- Capitalism and Alternatives -

The 'war on drugs' & the increase in work hours

Posted by: Barry Stoller on October 26, 1999 at 18:42:43:

In Reply to: More posts ending in no thanks? No thanks! posted by Gee on October 26, 1999 at 11:06:05:

: : We don't have millions of cops everywhere to control the poor because 'everyone' is thrilled with capitalist society, you know. Maybe you live where you don't have to see it perhaps...

: Many of the police are engaged in 'the drug war', in enforcing traffic laws and other activities---it would be interesting to see what proportion actually goes on theft/robbery ---which to you (I imagine) would signify 'class dissatisfaction' rather than disregard for others.

Wait a minute. Let's not arbitrarily separate the 'drug war' from 'theft/robbery' as if the latter alone signified the ruling class' control of the poor.

The drug trade is a problem of capitalism. Is not selling drugs a crude, incunabular form of capitalism? Is not the lack of accessible, legal means for poor and uneducated people a strong inducement to deal drugs? Is not drug trade the most accessible path to independent entrepreneurship for the poor and uneducated?

To control the traffic of drugs to to control the poor. I stand by my above statement.


: : As if you ever challenged my citation that only 10% of the American population owns their own business; as if you ever challenged my citation that only 23% of the American population receives a B.A. or above; as if you ever challenged my citation that only 25% of all American jobs require any skill above a high school level.

: What I challenged was the notion that the 'poor' are becoming poorer. the above are other matters - perhaps if you repeat them often enough I'll go and see if there is yet another set of data contradicting them.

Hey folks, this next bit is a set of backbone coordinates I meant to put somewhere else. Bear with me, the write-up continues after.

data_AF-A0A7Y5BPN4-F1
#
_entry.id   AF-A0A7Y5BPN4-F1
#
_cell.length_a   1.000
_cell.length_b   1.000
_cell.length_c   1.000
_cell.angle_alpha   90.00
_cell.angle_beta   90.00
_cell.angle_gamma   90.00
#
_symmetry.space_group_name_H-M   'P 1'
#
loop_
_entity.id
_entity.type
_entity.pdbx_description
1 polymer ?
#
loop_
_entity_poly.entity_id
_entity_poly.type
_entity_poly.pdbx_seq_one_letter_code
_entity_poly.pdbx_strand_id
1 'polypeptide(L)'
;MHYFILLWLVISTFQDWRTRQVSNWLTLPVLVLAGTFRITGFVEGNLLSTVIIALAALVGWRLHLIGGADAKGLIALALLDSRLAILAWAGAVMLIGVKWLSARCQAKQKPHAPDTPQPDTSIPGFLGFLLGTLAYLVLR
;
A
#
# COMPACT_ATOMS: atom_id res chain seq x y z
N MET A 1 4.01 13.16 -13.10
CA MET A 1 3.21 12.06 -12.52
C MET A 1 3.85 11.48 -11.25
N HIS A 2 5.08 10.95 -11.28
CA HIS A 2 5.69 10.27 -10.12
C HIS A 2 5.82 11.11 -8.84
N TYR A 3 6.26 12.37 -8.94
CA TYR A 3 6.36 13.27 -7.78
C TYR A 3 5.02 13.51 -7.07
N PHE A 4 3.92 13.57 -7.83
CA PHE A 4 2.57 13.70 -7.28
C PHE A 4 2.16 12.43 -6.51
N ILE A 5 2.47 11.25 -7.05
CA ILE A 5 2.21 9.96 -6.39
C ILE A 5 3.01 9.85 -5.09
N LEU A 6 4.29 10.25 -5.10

Let's consider another, perhaps more informative way of measuring the standard of living for working people.

In the last twenty years the amount of time Americans have spent at their jobs has risen steadily. Each year the change is small, amounting to about nine hours, or slightly more than one additional day of work. In any given year, such a small increment has probably been imperceptible. But the accumulated increase over two decades is substantial. When surveyed, Americans report that they have only sixteen and a half hours of leisure a week, after the obligations of job and household are taken care of. Working hours are already longer than they were forty years ago. If present trends continue, by the end of the century American will be spending as much time as they did back in the nineteen twenties.(1)

Now let us consider that in the 1950s and 1960s many women were not working (directly for the capitalists). In addition to the recent trend of increased work hours has been the addition of many millions of women to the workforce---during the early 1970s when the recession engendered the 'two paycheck' family. Here we see that work hours---if measured by the family---have skyrocketed.*

Another sign of the improved standard of living under the capitalist regime, eh?

: : The issue in America, as I see it, is not what people make---but how they make it.

: Perhaps we should focus on one element at a time then.

Well, considering increasing work hours, another element has been put on the table.


* Not that I advocate that women should not work! As Engels pointed out so thoroughly in The Origin of the Family, Private Property and the State, women can only be free from patriarchal 'contracts' by achieving financial autonomy. However, someone must raise the children, tend to community relations, etc., etc.---preferably both men and women in equal portions---and unfortunately this important work is becoming increasingly thrown to the market---your 'effective demand'--- as women are forced into the workforce by declining rates of income for families. Of course, neoliberals call this trend 'women's lib'---ignoring that women are no longer liberated from capital's voracious appetite for more and more low-wage, low-skill workers! Never forget that women receive, on average, 25% less than men with comparable jobs (Source: Business Week, 3 November 1997, p. 30).

1. Schor, The Overworked American, Basic Books 1990, p. 1.

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